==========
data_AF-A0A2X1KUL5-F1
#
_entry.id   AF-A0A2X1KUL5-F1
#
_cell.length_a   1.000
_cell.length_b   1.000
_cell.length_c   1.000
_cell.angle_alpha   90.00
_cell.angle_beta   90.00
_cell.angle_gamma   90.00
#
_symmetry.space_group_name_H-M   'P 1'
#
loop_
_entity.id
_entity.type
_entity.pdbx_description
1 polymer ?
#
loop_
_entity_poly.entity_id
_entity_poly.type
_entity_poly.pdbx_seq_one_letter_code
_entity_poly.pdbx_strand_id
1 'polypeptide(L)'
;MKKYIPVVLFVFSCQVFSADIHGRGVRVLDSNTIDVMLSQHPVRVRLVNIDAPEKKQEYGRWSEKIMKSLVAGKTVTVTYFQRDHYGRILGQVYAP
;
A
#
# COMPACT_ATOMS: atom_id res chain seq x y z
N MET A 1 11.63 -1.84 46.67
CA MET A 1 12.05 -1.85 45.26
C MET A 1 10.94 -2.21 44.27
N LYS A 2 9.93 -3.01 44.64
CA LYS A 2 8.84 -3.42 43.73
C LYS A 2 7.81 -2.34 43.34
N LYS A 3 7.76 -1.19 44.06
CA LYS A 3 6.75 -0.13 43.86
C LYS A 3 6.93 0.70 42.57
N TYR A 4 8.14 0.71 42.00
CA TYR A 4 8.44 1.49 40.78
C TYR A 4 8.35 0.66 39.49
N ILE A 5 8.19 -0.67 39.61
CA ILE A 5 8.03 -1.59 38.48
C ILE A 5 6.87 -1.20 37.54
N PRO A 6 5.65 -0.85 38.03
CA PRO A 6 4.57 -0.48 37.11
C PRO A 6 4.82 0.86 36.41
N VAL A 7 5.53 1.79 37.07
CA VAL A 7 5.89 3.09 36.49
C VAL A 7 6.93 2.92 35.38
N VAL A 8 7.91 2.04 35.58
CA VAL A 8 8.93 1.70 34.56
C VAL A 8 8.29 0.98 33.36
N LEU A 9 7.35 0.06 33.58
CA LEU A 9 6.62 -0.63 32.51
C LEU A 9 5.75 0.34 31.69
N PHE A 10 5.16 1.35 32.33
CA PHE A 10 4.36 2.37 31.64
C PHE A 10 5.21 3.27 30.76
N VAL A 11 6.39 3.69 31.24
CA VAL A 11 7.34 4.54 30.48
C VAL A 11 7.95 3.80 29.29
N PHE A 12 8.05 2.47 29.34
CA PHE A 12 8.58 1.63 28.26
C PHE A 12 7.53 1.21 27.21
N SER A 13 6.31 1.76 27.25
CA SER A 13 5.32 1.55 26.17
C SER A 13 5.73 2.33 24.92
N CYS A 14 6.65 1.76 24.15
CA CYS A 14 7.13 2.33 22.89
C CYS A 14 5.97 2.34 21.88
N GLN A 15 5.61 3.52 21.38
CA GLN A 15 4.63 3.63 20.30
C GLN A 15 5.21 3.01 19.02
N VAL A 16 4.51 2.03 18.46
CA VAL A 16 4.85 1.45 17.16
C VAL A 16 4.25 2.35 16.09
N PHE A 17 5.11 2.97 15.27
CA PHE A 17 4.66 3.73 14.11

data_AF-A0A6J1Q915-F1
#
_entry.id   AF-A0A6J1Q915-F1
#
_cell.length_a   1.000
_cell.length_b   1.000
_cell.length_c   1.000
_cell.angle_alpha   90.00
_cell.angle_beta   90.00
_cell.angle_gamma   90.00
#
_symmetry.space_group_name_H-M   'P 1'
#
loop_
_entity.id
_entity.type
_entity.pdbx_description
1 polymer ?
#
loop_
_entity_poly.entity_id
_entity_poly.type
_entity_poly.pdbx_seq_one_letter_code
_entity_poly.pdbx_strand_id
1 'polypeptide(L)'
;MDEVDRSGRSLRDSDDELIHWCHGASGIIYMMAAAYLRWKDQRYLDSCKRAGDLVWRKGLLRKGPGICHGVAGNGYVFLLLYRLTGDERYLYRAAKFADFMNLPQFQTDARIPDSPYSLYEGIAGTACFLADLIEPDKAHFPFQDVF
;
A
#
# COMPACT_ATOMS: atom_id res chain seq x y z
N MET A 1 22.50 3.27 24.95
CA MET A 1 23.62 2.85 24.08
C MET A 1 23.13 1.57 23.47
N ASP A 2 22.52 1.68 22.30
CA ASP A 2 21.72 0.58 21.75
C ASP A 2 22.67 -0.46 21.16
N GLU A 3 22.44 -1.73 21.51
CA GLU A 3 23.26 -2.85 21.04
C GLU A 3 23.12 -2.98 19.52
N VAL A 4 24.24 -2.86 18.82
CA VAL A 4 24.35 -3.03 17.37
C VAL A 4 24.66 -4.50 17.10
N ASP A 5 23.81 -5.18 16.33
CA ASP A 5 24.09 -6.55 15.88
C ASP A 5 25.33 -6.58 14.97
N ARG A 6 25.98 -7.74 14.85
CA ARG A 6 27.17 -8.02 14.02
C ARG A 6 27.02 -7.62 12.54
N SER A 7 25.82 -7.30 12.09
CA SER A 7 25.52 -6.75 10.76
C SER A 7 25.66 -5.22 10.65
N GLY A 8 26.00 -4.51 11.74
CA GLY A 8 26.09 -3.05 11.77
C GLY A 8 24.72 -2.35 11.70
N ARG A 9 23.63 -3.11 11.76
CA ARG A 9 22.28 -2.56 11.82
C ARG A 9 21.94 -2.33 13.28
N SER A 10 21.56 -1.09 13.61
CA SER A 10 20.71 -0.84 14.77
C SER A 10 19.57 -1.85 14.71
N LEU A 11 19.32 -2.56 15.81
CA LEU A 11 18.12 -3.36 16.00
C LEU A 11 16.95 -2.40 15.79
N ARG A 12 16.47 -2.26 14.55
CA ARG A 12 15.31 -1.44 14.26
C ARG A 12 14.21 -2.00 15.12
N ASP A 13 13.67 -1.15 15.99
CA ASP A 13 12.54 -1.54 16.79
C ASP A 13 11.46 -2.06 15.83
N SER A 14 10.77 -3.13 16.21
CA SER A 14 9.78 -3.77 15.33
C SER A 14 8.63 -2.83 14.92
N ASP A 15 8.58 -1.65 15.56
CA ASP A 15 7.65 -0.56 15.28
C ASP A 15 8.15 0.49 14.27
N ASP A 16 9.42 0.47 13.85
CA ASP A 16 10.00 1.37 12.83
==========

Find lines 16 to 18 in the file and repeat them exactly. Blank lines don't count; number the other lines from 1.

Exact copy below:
_entity.type
_entity.pdbx_description
1 polymer ?